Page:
A city loan will help turn a triangular patch of Five Points into a 49-unit affordable condo complex
The for-sale units would be available for people making up to 80 percent of the area median income.
City lawmakers on Wednesday tentatively approved providing a loan to help pay for a 49-unit affordable condo complex in the Five Points neighborhood, which would develop an eight-story complex atop a narrow triangular plot.
Both Lead Housing Development Officer Adam Lyons and Councilmember Paul Kashmann called the Chestnut Place Condos an exciting project for the city.
It’s not hard to see why: Affordable for-sale complexes in Denver are relatively rare. The most recent example of a city-backed affordable condo complex opened in Central Park this summer. Department of Housing Stability spokesperson Derek Woodbury said since 2019, the city has hosted five ground-breaking ceremonies for 327 collective units that were city-funded, for sale affordable condos.
By contrast, between 2019 and 2020 alone, the city broke ground on nearly 1,000 affordable, city-funded rental units.
“We are investing in them, but we are investing more on the rental side,” Woodbury said. “The example today is a great example of the homeownership model.”
What city lawmakers tentatively okayed on Wednesday was a $2.45 million performance loan from the city’s Department of Housing Stability for developer Shanahan Development, who requested the amount through its entity, 3501 Chestnut St LLC. The loan is just a portion of the overall project’s cost, which is estimated to be $17.7 million.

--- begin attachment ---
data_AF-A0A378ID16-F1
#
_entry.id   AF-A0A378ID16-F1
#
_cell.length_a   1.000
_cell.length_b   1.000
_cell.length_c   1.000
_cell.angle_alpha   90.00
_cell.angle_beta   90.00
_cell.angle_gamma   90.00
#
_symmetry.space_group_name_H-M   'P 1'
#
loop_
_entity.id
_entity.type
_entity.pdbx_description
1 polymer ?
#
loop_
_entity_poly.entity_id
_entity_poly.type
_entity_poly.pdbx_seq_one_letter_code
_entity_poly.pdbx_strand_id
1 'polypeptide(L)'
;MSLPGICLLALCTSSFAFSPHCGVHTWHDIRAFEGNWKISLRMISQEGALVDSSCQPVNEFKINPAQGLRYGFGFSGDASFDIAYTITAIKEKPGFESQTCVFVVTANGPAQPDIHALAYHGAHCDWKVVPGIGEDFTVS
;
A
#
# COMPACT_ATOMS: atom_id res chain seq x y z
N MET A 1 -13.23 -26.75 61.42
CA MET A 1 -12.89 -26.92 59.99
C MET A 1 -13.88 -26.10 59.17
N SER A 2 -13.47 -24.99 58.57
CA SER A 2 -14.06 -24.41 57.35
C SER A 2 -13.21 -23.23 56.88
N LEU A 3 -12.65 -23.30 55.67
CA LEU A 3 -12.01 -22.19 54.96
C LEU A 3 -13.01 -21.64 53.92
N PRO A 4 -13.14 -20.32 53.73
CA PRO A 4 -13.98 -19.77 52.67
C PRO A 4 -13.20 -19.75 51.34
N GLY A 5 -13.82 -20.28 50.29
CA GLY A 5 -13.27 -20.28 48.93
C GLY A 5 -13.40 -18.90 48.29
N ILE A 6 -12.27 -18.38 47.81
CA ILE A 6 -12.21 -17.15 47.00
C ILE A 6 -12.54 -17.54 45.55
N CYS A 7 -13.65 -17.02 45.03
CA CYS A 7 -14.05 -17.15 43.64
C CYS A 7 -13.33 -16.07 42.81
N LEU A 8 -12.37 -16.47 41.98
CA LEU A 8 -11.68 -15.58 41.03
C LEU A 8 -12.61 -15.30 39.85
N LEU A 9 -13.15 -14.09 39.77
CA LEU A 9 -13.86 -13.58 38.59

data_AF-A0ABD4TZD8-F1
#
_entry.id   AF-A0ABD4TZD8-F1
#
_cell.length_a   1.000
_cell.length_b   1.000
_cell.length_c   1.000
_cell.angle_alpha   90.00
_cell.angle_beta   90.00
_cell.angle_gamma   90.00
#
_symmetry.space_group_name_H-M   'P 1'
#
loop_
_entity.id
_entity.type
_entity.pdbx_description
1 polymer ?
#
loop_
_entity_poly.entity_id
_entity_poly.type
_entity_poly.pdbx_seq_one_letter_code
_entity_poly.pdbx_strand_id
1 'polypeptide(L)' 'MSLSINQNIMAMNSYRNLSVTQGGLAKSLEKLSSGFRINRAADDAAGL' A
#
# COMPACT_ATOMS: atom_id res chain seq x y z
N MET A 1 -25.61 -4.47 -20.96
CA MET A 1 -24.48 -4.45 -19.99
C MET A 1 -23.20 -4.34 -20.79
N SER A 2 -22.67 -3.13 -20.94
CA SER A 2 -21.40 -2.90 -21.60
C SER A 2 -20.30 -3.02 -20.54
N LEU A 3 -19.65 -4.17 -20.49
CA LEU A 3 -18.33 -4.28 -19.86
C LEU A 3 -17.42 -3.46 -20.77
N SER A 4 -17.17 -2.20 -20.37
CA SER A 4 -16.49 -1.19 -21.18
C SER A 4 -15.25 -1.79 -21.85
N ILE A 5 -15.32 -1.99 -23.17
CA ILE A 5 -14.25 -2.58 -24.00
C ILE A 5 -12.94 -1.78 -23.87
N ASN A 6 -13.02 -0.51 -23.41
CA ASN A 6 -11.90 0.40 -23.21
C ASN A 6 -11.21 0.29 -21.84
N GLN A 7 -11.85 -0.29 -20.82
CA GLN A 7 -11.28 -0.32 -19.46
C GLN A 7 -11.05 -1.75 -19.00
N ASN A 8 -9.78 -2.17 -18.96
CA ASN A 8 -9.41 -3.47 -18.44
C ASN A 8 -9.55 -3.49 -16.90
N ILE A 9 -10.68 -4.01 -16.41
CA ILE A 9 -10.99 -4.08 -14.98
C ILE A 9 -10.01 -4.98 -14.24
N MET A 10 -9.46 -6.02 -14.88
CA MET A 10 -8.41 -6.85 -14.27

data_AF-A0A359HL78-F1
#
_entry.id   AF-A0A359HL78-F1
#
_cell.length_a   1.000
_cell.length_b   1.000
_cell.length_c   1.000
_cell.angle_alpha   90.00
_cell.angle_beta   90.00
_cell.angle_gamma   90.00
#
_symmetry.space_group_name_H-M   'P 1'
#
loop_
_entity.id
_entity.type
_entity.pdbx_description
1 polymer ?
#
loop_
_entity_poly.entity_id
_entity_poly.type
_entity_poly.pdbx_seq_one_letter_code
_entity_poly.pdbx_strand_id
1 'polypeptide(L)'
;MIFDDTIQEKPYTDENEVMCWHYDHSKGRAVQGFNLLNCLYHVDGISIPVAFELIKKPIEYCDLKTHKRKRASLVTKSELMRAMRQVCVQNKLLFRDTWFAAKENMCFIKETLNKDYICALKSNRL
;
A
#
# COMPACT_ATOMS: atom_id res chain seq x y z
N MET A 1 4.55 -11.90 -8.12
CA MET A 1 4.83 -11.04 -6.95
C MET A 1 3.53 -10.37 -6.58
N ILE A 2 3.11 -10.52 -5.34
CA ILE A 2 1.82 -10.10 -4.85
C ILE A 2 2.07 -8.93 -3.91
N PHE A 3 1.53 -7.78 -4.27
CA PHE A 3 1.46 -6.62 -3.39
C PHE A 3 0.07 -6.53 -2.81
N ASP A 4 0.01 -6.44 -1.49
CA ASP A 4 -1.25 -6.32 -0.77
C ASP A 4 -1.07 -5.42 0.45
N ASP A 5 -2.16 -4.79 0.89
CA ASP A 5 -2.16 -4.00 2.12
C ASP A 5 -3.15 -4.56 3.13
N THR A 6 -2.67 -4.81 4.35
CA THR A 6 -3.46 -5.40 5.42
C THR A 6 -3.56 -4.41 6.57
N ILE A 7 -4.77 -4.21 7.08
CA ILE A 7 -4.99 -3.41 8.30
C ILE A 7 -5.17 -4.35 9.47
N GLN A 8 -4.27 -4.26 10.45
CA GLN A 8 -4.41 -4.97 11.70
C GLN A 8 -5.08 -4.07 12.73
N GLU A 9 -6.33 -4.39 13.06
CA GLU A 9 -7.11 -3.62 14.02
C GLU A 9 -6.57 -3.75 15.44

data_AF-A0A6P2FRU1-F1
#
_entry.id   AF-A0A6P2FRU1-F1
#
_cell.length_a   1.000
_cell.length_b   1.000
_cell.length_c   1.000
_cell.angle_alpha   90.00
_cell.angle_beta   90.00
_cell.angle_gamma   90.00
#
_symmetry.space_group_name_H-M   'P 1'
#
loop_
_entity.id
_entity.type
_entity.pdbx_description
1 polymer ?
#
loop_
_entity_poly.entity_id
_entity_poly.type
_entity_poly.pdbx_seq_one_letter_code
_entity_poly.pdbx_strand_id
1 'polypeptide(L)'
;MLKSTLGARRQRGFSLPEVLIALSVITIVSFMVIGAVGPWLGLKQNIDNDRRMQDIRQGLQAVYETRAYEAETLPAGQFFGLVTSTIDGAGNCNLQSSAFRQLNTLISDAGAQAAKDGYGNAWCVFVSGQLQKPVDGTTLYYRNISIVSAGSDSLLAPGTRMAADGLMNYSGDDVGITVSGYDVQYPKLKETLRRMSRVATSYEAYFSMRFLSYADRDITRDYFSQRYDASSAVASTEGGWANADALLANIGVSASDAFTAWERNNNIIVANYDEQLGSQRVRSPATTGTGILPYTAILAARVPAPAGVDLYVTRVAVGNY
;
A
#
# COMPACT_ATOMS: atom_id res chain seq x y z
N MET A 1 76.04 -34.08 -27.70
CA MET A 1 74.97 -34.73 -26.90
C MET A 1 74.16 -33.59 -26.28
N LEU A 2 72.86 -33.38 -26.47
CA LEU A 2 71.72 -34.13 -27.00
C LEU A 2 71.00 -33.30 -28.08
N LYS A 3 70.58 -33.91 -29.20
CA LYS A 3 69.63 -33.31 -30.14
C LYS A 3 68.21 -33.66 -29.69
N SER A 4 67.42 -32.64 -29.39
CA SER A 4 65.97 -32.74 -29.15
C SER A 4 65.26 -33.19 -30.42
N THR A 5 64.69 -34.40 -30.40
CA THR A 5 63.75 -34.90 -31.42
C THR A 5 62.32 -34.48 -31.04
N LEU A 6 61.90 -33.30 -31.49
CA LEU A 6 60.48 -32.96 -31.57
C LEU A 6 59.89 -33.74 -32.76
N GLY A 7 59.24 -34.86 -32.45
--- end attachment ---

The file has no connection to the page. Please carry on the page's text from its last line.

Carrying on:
Each unit will cost $362,122. The majority of the money to pay for the project will come from a construction loan.
The complex would sit on two parcels at 3501 and 3563 Chestnut Pl., at the intersection of 36th Street and Chestnut Place in Five Points, which is inside the RiNo Art District boundaries and along the South Platte River. The triangle-shaped parcel grows narrower at the point where Chestnut Place and Arkins Court meet, prompting Councilmember Amanda Sawyer to wonder how exactly a building could go up on this space, which she likened to “a piece of a pie.”
Lyons said the building will be triangular, and added that the odd shape has presented some challenges for its design, requiring several redesigns to ensure it would accommodate the 49 units. But the building will still have about 50,000 square feet of living space, with units ranging from about 650 square feet to a little over 1,000 square feet. City documents show an existing property on the site will require asbestos and lead-based paint mitigation.
The units would be available for someone who makes up to $55,950 or less a year, or up to $71,950 for a three-person household. In order to build the complex, the project will be part of a land trust with Elevation Community Land Trust to make sure this affordability remains for 99 years. The condo complex will include 14 one-bedroom, 27 two-bedroom and 8 three-bedroom units. Commercial space will be available on the ground floor.
Construction on the site is set to start in February 2022.
The full Denver City Council will now consider the loan agreement.